Bill Clinton "mesmerized women" and often had up to 25 women show up every day when he was running for governor of Arkansas looking for him, a controversial new documentary will reveal.
Marla Crider, who worked with Clinton in Arkansas and says she had an affair with him, said women were "literally mesmerized" when they him.
"It was like flies to honey. I don't think there is any question Hillary was hurt," she says.
"Monica Lewinsky gave him something that he needed at that time: to be adored."
Clinton also told pollster Dick Morris that when he went to the White House he had to “shut down my body” and he eventually broke down and began the now infamous Monica Lewisnky affair.
For the first time, several close associates of Clinton have spoken about his women problems as well as his involvement with Monica Lewinsky.
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The two-part biography will be screened in the U.S. and Britain in February. In it, Dock Morris told the reporter that just before the Lewinsky affair broke, Clinton called to tell him.
"Bill said to me: 'Ever since I got to the White House I have had to shut down my body,'" says Morris, who was then asked to carry out opinion polls on how to handle the crisis.
Another insider Ken Gormley, a legal expert in the White House, said he knew Lewinsky was trouble the moment he saw her with the president.
"There were almost these sparks flying between them from the first moment when they saw each other," he says.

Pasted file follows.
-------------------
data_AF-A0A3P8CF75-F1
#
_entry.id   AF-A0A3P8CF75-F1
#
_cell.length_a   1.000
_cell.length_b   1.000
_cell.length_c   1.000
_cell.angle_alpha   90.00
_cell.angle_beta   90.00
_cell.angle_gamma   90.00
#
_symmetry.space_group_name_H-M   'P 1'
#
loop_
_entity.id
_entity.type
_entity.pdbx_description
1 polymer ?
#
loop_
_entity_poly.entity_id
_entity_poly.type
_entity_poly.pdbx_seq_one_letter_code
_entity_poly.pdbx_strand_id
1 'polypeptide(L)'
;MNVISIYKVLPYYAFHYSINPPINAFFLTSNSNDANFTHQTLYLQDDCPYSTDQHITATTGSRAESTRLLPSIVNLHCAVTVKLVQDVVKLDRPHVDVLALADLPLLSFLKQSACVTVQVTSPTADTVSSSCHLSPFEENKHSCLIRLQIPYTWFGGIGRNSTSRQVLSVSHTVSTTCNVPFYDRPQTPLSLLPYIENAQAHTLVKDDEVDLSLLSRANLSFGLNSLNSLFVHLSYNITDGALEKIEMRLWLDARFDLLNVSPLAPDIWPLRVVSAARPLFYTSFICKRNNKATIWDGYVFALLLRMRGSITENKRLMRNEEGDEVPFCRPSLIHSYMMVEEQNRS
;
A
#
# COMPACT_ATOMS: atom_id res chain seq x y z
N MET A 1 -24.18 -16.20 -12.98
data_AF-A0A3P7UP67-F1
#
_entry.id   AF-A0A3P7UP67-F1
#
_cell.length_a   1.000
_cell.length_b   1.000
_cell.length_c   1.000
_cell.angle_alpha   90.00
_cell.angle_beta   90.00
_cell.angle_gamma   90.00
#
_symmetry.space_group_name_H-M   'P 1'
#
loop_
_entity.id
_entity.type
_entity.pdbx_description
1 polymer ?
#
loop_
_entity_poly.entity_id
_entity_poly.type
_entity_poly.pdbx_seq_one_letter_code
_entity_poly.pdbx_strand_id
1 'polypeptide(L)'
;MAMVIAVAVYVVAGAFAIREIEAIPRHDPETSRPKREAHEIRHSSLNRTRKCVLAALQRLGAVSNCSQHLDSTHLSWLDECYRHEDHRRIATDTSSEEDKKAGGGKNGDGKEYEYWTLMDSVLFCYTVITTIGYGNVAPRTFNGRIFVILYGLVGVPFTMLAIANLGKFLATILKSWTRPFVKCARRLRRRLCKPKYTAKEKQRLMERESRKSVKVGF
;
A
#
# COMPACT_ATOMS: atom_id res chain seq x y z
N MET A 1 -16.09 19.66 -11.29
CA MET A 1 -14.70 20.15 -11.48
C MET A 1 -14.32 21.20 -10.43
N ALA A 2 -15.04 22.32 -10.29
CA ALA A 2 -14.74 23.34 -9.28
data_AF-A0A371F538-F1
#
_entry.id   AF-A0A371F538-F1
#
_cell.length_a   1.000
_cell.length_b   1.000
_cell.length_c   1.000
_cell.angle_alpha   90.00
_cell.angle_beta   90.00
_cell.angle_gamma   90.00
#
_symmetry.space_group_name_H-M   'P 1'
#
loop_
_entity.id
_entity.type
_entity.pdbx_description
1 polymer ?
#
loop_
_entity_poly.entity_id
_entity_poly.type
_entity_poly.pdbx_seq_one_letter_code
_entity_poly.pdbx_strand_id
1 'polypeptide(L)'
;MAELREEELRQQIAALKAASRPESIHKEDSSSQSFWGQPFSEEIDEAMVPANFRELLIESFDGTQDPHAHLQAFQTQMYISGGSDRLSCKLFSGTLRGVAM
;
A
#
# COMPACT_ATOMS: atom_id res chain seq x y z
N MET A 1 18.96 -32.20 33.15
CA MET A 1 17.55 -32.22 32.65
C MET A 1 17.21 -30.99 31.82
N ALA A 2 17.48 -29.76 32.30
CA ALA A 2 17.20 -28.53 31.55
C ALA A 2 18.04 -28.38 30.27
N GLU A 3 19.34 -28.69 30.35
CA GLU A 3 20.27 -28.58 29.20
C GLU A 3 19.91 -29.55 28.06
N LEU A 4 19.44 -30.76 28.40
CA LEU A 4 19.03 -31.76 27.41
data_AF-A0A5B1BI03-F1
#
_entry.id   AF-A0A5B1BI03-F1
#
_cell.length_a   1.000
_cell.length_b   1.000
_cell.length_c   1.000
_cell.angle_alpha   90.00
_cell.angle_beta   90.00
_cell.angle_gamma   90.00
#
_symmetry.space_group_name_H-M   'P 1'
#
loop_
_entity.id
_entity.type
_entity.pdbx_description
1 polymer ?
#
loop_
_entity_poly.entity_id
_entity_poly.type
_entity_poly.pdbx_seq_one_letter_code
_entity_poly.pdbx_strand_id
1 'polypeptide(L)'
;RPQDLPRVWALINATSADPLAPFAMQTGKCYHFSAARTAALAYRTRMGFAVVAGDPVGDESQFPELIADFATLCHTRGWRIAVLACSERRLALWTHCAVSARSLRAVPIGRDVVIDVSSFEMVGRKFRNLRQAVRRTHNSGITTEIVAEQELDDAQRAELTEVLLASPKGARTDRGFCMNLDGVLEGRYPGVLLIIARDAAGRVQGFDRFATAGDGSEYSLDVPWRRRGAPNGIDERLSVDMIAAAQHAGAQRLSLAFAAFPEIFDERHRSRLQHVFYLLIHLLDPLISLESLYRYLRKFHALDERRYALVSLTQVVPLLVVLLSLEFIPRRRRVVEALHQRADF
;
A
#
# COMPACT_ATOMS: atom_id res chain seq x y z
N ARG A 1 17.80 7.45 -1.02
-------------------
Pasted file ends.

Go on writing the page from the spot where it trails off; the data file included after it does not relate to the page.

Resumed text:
Clinton's entanglements with women began when he started first running for office. One campaign manager remembers dealing with "25 women a day" who came to the office looking for Clinton.
David Maraniss, the Pulitzer prizewinning journalist who wrote a major biography on Clinton, said his legacy had to include the good and the bad.
"People always try to separate the good from the bad in Clinton and say that, if he had not done certain things, he would have been a great president. But you can't do that. Those were his major characteristics," Maraniss told the Observer.
Robert Reich, Clinton's labour secretary, was shocked when the Lewinsky affair was revealed.
"He would not be so stupid as to jeopardise his whole presidency, I felt. That was not the man I knew."
When the affair became public, however, it fuelled the inquiry into Clinton's presidency. Leading journalist Jeff Toobin says the Lewinsky affair did not hurt Clinton as much as was felt at the time.
"The legacy of this scandal favours Clinton more than his adversaries," he told the London Observer. "More Americans think that it was a trivial waste of time than think that he got away with something unforgivable."
"In comparison, too, both with [George] Bush, with his foreign misadventures, and with [Barack] Obama's economic problems, the boom years of Clinton's presidency start to look a lot better," said Toobin.
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